The Feldenkrais Method ® of Somatic Education

We improve our well being when we learn to fully use ourselves. Our intelligence depends upon the opportunity we take to experience and learn on our own. This self learning leads to full, dynamic living.

Ordinarily, we learn just enough to function. For example, we learn to use our hands well enough to eat, our legs well enough to walk. Our abilities to function with a greater range of ease and skill, however, remain to be developed. The Feldenkrais Method teaches--through movement--how we can improve our capacities to function in our daily activities.

We in The FELDENKRAIS GUILD ®, guided by the creative ideas of Moshe Feldenkrais, dedicate our work to this expanded vision of learning and living.

Awareness Through Movement®: Lessons in Self Help

In Awareness Through Movement (ATM) lessons, the Feldenkrais® practitioner verbally guides you through a sequence of movements: sitting or lying on the floor, standing, or sitting in a chair.

You discover how you do the movements and notice the quality of change in your body. You learn to relax and to abandon habitual patterns. Through the subtle ATM movements, you develop awareness, flexibility, and coordination. You experience relaxation and a sense of release.

Functional Integration®: Individual Lessons

In this one-to-one learning process, the movements are communicated through slow, gentle touch. Comfortably clothed, you lie or sit on a low padded table, or you may be standing, walking, sitting in a chair, or in other various positions. The practitioner guides you through a series of precise movements that alter habitual patterns and provide new learning directly to the neuromuscular system.

Functional Integration is especially useful for people who want to learn to overcome limitations brought on by stress, misuse, accident, or illness. It is equally beneficial for people who want to perform and feel better physically and mentally.
The information on this page appears in the 1997 Directory of Members available free of charge from The Feldenkrais Guild®, 524 Ellsworth St. SW, P.O. Box 489, Albany, OR 97321-0143 (541)926-0981- Fax (541)926-0572 - Email: - (800)775-2118


In all Feldenkrais lessons, it is important to:

Lie on your back on a rug or padded surface. Notice how your body contacts the floor. Observe especially how the floor supports your shoulders, rib cage, spine and pelvis. How much space is there between the floor and the back of your neck? And between the floor and the small of your back?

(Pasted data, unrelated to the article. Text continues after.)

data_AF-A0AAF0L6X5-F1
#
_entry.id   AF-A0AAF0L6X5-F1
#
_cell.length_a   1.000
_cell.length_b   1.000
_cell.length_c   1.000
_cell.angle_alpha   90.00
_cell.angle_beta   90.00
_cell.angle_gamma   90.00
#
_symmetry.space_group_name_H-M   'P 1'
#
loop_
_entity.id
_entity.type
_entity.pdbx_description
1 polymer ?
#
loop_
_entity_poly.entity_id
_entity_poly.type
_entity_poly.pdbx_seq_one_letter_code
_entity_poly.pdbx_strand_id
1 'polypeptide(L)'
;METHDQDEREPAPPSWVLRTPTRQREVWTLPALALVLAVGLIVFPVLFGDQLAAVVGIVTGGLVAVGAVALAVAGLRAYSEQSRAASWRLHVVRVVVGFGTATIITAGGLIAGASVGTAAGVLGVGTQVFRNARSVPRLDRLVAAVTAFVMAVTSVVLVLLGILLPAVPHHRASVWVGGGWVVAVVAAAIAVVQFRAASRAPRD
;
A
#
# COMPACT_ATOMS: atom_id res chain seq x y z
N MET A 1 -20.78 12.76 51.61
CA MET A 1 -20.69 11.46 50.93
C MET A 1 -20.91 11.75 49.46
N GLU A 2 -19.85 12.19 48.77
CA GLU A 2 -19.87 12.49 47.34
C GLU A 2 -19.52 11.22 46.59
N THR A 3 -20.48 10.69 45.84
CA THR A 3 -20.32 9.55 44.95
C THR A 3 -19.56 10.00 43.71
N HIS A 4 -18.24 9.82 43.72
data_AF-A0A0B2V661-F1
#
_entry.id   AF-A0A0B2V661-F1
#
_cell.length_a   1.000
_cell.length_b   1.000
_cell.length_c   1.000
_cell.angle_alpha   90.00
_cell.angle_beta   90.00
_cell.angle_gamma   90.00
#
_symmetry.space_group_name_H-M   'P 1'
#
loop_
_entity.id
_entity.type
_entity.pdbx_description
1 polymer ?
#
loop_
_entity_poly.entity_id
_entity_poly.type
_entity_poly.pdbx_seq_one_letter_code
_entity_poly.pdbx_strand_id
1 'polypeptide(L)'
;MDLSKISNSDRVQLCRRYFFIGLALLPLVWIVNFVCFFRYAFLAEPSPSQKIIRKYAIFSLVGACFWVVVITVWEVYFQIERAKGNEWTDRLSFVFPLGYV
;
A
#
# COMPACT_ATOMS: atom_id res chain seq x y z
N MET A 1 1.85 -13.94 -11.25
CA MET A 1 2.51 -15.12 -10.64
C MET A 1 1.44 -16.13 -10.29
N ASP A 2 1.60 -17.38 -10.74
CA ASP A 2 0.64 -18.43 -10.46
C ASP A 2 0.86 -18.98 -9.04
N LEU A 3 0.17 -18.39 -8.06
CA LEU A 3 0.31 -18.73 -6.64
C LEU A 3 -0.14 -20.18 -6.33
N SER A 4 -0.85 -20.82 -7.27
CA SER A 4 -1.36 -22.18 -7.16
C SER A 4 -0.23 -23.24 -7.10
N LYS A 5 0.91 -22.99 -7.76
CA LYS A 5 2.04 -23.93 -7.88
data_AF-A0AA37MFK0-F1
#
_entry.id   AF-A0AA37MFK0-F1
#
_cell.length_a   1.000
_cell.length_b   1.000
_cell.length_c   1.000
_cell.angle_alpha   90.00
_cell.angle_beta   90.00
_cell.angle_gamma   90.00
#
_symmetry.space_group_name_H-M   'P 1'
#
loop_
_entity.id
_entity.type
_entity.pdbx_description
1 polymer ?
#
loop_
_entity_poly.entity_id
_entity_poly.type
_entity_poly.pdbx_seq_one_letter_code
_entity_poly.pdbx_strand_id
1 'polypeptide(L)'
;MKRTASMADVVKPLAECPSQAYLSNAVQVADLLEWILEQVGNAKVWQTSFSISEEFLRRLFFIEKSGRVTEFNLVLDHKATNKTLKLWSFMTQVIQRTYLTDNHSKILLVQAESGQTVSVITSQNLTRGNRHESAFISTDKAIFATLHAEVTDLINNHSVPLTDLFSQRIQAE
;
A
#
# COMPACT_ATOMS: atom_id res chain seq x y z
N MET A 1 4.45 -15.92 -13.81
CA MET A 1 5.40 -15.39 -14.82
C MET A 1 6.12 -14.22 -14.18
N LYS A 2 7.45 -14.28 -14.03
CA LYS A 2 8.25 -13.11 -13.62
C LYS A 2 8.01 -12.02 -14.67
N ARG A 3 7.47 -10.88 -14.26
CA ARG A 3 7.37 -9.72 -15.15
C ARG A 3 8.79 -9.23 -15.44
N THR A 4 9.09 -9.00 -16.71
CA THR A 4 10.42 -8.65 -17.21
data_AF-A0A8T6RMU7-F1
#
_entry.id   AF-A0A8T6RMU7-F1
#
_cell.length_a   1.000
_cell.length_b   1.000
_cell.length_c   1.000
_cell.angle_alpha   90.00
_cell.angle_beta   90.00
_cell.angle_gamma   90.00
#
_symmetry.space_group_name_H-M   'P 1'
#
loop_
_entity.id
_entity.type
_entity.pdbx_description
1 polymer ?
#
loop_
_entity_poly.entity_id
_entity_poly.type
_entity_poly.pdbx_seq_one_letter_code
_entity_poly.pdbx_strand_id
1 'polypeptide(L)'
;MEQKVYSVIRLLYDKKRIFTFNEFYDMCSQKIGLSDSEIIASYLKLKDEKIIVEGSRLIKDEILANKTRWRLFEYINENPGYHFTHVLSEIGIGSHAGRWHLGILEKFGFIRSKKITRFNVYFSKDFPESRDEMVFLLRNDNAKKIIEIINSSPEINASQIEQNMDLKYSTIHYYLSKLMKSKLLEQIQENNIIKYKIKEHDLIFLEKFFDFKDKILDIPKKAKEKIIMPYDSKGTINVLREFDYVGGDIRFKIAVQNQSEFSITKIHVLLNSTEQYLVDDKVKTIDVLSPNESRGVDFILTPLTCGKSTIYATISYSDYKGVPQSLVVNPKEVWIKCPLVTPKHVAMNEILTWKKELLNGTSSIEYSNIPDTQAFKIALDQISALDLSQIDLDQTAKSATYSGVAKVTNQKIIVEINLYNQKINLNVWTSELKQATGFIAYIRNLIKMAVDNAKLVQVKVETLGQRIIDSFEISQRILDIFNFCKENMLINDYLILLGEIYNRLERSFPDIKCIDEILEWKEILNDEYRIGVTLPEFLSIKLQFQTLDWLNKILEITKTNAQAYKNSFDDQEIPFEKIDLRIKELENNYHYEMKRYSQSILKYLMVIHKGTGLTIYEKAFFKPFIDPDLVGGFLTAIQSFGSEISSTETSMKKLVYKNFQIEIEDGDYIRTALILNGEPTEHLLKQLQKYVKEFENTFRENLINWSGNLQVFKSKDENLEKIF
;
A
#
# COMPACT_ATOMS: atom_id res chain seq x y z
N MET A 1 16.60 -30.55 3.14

1. Place your arms along side your body at a comfortable distance. Bend your legs and cross your right leg completely over your left. Gently begin to tilt both legs to the right and bring them back to the middle. Repeat about 10 times, starting with a very small movement, and gradually increase the scope until you find your full, easy range. Each time you tilt your legs, notice the effects on the rest of your body: what parts of your body lift off the floor; where does your body lengthen, and where does it get shorter; can you feel your spine rotate; do you breathe in, or out; what other sensations are you aware of?

2. Rest. Stretch out your legs. Notice any change in the way your body contacts the floor.

3. Again, bend your legs and place your feet on the floor about the width of your hips apart. Raise your arms toward the ceiling with your palms together, to form a triangle with your arms. Keep your elbows straight, but not rigid. Slowly begin to tilt your arms to the left and bring them back to the center, about 5 or 6 times. Pay attention that you keep the triangular configuration, with the palms together and the elbows straight. Gradually increase the scope of the movement, until you find your comfortable range.

4. Continue tilting your arms to the left, and let your head and eyes follow the movement of your hands 5 or 6 times.

5. Stop and rest. With your arms on the floor beside you, notice how your shoulders, back and rib cage feel.

6. Again raise your arms to form a triangle and tilt them to the left. This time, turn your head to the right while you follow your hands with your eyes a few times. Then do the opposite: turn your eyes to the right, while you follow your hands with your head. Then turn your head and eyes to the right while you continue to tilt your arms to the left. Stop and rest a moment.

7. Now repeat step 4: tilt your arms to the left and follow your hands with your head and eyes. Is it easier to do now? Rest.

8. Cross your right leg over the left and tilt them to the right a few times. Has this movement improved?

9. Repeat steps 1-8 on the other side. Cross the left leg over the right and tilt them to the left. Then form the triangle with your arms and tilt them to the right. Even though you are familiar with the movements now, continue to move slowly and gently, gradually seeking your comfortable range.

The best way to work with these instructions is to have a friend read them to you while you do the movements, or tape them yourself.

Maintained by WebWright Don Ricklin, Updated 11/17/97.